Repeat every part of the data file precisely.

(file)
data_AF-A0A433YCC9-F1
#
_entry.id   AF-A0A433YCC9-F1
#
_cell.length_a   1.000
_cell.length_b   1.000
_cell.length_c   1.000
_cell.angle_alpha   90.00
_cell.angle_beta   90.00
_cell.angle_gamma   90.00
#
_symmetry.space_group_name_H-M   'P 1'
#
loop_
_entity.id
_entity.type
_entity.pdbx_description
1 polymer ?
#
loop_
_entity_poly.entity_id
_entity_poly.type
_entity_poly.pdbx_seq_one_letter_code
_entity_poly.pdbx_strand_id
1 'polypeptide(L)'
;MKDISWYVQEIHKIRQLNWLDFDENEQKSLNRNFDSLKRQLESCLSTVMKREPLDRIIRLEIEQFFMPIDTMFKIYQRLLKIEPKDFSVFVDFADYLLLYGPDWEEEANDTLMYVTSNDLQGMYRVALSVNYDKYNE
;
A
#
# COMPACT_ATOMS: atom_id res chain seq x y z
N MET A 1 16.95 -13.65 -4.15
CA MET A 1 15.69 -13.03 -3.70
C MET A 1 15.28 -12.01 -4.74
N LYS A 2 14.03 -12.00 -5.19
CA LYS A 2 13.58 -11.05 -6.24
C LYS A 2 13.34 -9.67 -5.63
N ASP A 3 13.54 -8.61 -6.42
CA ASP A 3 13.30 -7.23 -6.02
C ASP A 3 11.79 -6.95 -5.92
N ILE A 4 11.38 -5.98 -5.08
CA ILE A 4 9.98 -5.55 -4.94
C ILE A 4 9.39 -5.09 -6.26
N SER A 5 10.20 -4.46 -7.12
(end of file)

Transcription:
data_AF-A0A433YCC9-F1
#
_entry.id   AF-A0A433YCC9-F1
#
_cell.length_a   1.000
_cell.length_b   1.000
_cell.length_c   1.000
_cell.angle_alpha   90.00
_cell.angle_beta   90.00
_cell.angle_gamma   90.00
#
_symmetry.space_group_name_H-M   'P 1'
#
loop_
_entity.id
_entity.type
_entity.pdbx_description
1 polymer ?
#
loop_
_entity_poly.entity_id
_entity_poly.type
_entity_poly.pdbx_seq_one_letter_code
_entity_poly.pdbx_strand_id
1 'polypeptide(L)'
;MKDISWYVQEIHKIRQLNWLDFDENEQKSLNRNFDSLKRQLESCLSTVMKREPLDRIIRLEIEQFFMPIDTMFKIYQRLLKIEPKDFSVFVDFADYLLLYGPDWEEEANDTLMYVTSNDLQGMYRVALSVNYDKYNE
;
A
#
# COMPACT_ATOMS: atom_id res chain seq x y z
N MET A 1 16.95 -13.65 -4.15
CA MET A 1 15.69 -13.03 -3.70
C MET A 1 15.28 -12.01 -4.74
N LYS A 2 14.03 -12.00 -5.19
CA LYS A 2 13.58 -11.05 -6.24
C LYS A 2 13.34 -9.67 -5.63
N ASP A 3 13.54 -8.61 -6.42
CA ASP A 3 13.30 -7.23 -6.02
C ASP A 3 11.79 -6.95 -5.92
N ILE A 4 11.38 -5.98 -5.08
CA ILE A 4 9.98 -5.55 -4.94
C ILE A 4 9.39 -5.09 -6.26
N SER A 5 10.20 -4.46 -7.12